387 member strong line-up includes star names like pole vaulter Yelena Isinbayeva and hurdler Sergei Shubenkov
Russia's Olympic Committee pressed on Wednesday with its preparations for the Rio Olympic Games despite the threat of a ban for state-run doping hanging over the country.
At a meeting in Moscow the executive board approved a 387-strong team -- including star names like pole vaulter Yelena Isinbayeva, hurdler Sergei Shubenkov and tennis player Svetlana Kuznetsova -- to compete at this summer's games starting on August 5.
"We today confirmed the composition of our team including the track and field athletes. The court decision will likely be tomorrow and tomorrow we will find out," committee chief Alexander Zhukov said.
Zhukov insisted that Russian sportsmen were still "capable of competing for medals" at the event in Rio and said they were training in Russia, Portugal and Brazil.
The team`s line-up includes the 68 track and field athletes, whose fate hinges on the Court of Arbitration for Sport (CAS) in Lausanne, which is set to rule on Thursday on whether the IAAF had grounds to impose a blanket ban on Russia`s athletics federation.
An independent WADA commission led by Canadian investigator Richard McLaren detailed an elaborate cheating scheme run by Russia`s sports ministry with help from the FSB state intelligence agency.
The International Olympic Committee (IOC) said it would study "legal options" before deciding whether to ban Russia from the Rio Games following emergency talks on Tuesday.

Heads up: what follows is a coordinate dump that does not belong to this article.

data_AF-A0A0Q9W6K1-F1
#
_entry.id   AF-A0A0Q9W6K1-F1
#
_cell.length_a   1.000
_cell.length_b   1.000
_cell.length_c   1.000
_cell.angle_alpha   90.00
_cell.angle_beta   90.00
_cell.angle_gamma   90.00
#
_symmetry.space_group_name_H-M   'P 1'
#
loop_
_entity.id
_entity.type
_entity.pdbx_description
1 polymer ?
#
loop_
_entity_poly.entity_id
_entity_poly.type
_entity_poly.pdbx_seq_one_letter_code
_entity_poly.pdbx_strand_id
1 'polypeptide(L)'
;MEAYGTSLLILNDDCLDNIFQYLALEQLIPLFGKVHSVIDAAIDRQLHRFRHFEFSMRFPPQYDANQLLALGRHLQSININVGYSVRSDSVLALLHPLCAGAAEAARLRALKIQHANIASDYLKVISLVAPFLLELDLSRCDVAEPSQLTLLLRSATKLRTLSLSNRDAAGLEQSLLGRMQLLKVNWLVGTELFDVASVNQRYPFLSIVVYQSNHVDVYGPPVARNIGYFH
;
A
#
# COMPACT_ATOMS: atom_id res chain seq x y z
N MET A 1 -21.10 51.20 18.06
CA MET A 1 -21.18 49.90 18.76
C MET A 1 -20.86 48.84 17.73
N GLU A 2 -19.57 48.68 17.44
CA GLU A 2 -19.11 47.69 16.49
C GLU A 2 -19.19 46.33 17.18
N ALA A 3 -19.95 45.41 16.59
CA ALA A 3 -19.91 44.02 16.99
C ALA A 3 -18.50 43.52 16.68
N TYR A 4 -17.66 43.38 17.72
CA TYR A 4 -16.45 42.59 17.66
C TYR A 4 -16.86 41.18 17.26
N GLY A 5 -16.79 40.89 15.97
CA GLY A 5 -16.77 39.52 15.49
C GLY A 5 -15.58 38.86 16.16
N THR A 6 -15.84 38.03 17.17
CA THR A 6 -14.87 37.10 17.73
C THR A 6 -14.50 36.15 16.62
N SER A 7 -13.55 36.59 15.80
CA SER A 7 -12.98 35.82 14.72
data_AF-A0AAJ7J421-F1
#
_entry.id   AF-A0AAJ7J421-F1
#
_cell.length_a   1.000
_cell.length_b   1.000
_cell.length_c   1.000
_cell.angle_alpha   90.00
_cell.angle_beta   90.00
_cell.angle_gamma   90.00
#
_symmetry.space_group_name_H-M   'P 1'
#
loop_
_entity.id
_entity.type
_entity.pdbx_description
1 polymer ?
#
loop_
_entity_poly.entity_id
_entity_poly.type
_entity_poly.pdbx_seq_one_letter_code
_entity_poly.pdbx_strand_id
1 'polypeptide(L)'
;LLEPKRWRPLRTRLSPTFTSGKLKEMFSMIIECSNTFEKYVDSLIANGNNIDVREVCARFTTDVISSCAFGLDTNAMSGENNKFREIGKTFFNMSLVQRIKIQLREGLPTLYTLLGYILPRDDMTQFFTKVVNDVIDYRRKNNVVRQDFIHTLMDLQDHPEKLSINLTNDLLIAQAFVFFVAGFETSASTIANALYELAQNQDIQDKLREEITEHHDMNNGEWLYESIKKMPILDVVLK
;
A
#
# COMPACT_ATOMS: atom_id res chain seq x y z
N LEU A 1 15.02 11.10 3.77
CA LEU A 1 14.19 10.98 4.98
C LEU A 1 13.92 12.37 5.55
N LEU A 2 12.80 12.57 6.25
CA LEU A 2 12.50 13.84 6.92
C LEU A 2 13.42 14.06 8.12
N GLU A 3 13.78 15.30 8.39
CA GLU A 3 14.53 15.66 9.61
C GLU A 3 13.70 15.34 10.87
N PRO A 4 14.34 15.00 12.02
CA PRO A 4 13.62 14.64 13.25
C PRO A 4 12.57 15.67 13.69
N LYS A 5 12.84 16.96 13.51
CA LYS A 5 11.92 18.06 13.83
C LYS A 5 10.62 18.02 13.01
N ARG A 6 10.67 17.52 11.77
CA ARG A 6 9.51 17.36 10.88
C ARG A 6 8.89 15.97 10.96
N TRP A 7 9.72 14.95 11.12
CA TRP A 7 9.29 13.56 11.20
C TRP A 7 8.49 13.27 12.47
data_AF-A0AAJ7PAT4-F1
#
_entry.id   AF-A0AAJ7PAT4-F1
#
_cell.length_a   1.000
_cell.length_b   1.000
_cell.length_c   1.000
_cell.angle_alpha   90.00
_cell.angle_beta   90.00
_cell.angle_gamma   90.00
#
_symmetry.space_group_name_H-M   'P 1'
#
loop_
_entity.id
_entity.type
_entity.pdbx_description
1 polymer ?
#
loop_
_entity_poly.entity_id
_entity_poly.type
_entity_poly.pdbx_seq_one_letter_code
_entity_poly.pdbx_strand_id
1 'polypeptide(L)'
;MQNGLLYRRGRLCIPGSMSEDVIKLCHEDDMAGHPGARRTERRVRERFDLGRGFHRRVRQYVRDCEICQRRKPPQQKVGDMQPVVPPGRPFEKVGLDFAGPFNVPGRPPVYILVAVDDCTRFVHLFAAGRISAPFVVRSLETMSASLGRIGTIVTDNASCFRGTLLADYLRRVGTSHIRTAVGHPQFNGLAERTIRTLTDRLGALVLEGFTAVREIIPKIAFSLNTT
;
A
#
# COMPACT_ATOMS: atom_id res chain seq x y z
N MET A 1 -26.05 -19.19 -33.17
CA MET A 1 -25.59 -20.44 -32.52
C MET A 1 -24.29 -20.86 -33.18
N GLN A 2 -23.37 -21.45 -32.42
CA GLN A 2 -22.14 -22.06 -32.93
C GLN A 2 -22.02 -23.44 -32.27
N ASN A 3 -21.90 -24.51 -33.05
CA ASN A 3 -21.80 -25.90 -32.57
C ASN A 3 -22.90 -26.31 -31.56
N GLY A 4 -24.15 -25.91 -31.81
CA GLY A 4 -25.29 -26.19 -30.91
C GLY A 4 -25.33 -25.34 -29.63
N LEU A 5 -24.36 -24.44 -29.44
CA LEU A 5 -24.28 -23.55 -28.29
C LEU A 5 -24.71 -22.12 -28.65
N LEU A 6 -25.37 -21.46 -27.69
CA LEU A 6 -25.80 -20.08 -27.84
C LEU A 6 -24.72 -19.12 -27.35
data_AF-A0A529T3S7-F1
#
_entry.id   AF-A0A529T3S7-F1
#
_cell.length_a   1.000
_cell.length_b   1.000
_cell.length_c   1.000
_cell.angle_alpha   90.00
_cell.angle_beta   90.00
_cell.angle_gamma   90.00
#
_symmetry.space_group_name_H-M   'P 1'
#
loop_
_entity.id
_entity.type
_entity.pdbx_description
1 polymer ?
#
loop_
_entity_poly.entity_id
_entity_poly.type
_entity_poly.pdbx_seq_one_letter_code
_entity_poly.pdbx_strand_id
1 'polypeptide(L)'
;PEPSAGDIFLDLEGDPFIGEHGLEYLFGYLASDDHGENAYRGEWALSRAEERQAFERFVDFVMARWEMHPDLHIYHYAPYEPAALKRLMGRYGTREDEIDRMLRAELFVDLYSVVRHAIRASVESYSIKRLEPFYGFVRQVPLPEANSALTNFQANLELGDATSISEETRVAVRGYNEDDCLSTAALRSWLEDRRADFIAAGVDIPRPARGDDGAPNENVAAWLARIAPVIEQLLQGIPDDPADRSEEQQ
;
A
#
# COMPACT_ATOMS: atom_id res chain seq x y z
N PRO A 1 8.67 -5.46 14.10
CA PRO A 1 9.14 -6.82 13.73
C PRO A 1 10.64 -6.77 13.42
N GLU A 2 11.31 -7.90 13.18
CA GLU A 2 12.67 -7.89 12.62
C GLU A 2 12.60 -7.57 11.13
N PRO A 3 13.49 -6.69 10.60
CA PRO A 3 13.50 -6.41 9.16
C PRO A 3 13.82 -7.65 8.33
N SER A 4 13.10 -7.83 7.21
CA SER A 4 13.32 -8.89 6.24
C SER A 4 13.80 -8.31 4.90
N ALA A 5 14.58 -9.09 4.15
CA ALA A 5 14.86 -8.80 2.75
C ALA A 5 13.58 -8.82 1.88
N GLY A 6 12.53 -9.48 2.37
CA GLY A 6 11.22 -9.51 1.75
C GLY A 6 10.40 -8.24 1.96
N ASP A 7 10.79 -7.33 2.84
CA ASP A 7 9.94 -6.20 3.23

A spokesman for the committee said Wednesday it would decide "within seven days" on whether to ban Russia from the Rio Games over rampant state-run doping.
The IOC ordered a disciplinary commission to look into what McLaren`s commission called a "state-dictated failsafe system" of drug cheating that included Russia`s secret service.
The IOC -- which faces a race against the clock to reach a final decision on Russians in Rio -- said it "will explore the legal options with regard to a collective ban of all Russian athletes for the Olympic Games 2016 versus the right to individual justice".
Moscow has blasted what its sees as political interference in sports over the doping scandal and insists individual athletes should be punished but not the entire team.
A Russian diplomatic source said Wednesday that the current scandal "came against the backdrop of Washington calling for two years for Russia to be isolated, politically, economically and not in sports."
"The aim of this is to pressure Russia in any way, she said.